This article was first published on The Huffington Post – 5 February 2014
Bonnie Barratt was only 24 years old when she was murdered in 2007 in East London. The serial killer who took her life might have been stopped and Bonnie might still be alive today if her friends had been able to turn to the police. The murderer had been a regular client to the women who were in prostitution and he’d started to get rough with some of them.
But women in the sex trade don’t have the protection of the police. Often when reporting crimes against them they fear being charged with something related to prostitution, not being believed, being blamed, losing their standing in the community, losing custody of their children. There are so many barriers to reporting crimes committed against them, most do not and that is what makes them ‘easy targets’ for criminals. Women in prostitution are at the highest risk of rape and other violence and in London, their mortality rate is 12 times the national average.
I was introduced to Bonnie’s mother, Jackie Summerford, who brings up Bonnie’s son, through a friend when I began working to raise awareness of the policing model operating in Merseyside. A year before Bonnie was murdered, in 2006, Merseyside Police pledged to treat crimes against sex workers as hate crimes. Their approach to policing prostitution is very different from the rest of the UK as are their results convicting rapists and other violent offenders targeting people in the sex trade. In 2010, their conviction rate for those who raped sex workers was 67%. The national average conviction rate for rape is just 6.5%.
The police in Merseyside work closely with sex work projects that offer services such as harm reduction, counselling and outreach. A specialist trained Independent Sexual Violence Advisor (ISVA) acts as an intermediary when people in the sex trade have been the victim of crime and supports them through the process from report to court.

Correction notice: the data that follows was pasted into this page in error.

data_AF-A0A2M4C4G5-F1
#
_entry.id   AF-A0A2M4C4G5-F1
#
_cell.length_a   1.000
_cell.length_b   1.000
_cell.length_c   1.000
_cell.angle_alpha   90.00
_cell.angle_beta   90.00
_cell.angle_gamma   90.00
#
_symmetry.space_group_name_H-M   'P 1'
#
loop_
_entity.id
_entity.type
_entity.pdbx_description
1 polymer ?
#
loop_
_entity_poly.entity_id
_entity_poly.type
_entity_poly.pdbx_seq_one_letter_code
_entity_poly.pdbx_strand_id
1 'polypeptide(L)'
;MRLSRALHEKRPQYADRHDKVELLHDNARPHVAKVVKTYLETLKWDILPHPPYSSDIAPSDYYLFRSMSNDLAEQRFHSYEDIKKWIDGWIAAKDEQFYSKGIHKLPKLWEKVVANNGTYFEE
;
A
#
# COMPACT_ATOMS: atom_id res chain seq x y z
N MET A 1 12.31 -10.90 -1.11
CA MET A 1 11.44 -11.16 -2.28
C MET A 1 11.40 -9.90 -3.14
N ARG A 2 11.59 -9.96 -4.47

This joined-up approach prioritising protection over enforcement enables women in the sex trade to feel safe reporting crimes committed against them. Because trusting relationships with the police have been developed, reporting of crimes has dramatically increased. Women in prostitution in Merseyside know when they call the police they will be treated as any other victim of crime as is their right. But although this is the right of every person in prostitution throughout the UK, it is not what they receive and that has to change.
In 2011, the Association of Chief Police Officers recommended all forces adopt the Merseyside hate crime approach, but none have and none are obliged to. Because of this, I have joined with Jackie, Bonnie’s mother, and Alex Bryce, Manager of National Ugly Mugs – a scheme that increases safety for sex workers – calling for Theresa May MP to make this model of policing law throughout the UK.
Currently, approaches deployed in other parts of the country are failing these women, forcing them into more isolated and dangerous areas and alienating them further from the police and this cannot continue. Just last year when Redbridge Police took a hard line approach to women working on-street, which is known to create more danger, 24-year-old Mariana Popa was murdered. Policing policies must serve to protect people, not put them in danger.
The Merseyside hate crime model works to increase safety for sex workers and by convicting more rapists and other violent criminals, all of society is made safer. Please support our petition on Change.org to make this the standard policing approach for the UK.